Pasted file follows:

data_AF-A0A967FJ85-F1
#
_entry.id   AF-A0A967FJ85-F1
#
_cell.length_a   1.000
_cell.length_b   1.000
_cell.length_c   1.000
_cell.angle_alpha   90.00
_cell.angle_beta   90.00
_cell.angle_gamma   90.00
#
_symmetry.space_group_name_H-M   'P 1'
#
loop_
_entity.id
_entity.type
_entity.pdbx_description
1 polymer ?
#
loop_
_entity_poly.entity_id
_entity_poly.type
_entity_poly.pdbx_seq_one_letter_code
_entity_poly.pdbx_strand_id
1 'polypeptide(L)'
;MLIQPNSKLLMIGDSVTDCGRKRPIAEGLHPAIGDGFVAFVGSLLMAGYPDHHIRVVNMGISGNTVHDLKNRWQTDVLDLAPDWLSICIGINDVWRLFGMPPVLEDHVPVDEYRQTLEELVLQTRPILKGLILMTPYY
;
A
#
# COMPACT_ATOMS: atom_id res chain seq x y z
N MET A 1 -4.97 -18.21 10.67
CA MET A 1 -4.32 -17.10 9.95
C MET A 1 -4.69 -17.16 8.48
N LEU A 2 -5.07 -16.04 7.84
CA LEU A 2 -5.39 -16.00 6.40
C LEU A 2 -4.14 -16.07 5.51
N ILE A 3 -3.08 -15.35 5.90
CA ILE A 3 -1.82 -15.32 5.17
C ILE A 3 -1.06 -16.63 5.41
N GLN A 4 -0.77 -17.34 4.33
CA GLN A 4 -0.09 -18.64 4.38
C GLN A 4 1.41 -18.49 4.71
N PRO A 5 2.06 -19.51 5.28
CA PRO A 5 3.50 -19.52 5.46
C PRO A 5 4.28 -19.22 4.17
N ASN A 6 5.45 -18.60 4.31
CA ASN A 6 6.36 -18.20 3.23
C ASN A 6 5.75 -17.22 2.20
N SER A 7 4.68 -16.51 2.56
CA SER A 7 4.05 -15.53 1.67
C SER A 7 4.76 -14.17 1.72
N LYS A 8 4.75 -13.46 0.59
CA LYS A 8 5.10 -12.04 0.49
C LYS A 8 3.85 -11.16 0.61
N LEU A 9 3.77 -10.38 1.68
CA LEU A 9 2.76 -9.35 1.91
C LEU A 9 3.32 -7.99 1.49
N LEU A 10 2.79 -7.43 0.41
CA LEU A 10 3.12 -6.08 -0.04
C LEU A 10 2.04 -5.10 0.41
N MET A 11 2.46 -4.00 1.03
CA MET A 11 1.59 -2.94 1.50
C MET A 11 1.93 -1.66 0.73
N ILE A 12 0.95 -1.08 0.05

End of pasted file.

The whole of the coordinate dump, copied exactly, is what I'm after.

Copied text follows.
data_AF-A0A967FJ85-F1
#
_entry.id   AF-A0A967FJ85-F1
#
_cell.length_a   1.000
_cell.length_b   1.000
_cell.length_c   1.000
_cell.angle_alpha   90.00
_cell.angle_beta   90.00
_cell.angle_gamma   90.00
#
_symmetry.space_group_name_H-M   'P 1'
#
loop_
_entity.id
_entity.type
_entity.pdbx_description
1 polymer ?
#
loop_
_entity_poly.entity_id
_entity_poly.type
_entity_poly.pdbx_seq_one_letter_code
_entity_poly.pdbx_strand_id
1 'polypeptide(L)'
;MLIQPNSKLLMIGDSVTDCGRKRPIAEGLHPAIGDGFVAFVGSLLMAGYPDHHIRVVNMGISGNTVHDLKNRWQTDVLDLAPDWLSICIGINDVWRLFGMPPVLEDHVPVDEYRQTLEELVLQTRPILKGLILMTPYY
;
A
#
# COMPACT_ATOMS: atom_id res chain seq x y z
N MET A 1 -4.97 -18.21 10.67
CA MET A 1 -4.32 -17.10 9.95
C MET A 1 -4.69 -17.16 8.48
N LEU A 2 -5.07 -16.04 7.84
CA LEU A 2 -5.39 -16.00 6.40
C LEU A 2 -4.14 -16.07 5.51
N ILE A 3 -3.08 -15.35 5.90
CA ILE A 3 -1.82 -15.32 5.17
C ILE A 3 -1.06 -16.63 5.41
N GLN A 4 -0.77 -17.34 4.33
CA GLN A 4 -0.09 -18.64 4.38
C GLN A 4 1.41 -18.49 4.71
N PRO A 5 2.06 -19.51 5.28
CA PRO A 5 3.50 -19.52 5.46
C PRO A 5 4.28 -19.22 4.17
N ASN A 6 5.45 -18.60 4.31
CA ASN A 6 6.36 -18.20 3.23
C ASN A 6 5.75 -17.22 2.20
N SER A 7 4.68 -16.51 2.56
CA SER A 7 4.05 -15.53 1.67
C SER A 7 4.76 -14.17 1.72
N LYS A 8 4.75 -13.46 0.59
CA LYS A 8 5.10 -12.04 0.49
C LYS A 8 3.85 -11.16 0.61
N LEU A 9 3.77 -10.38 1.68
CA LEU A 9 2.76 -9.35 1.91
C LEU A 9 3.32 -7.99 1.49
N LEU A 10 2.79 -7.43 0.41
CA LEU A 10 3.12 -6.08 -0.04
C LEU A 10 2.04 -5.10 0.41
N MET A 11 2.46 -4.00 1.03
CA MET A 11 1.59 -2.94 1.50
C MET A 11 1.93 -1.66 0.73
N ILE A 12 0.95 -1.08 0.05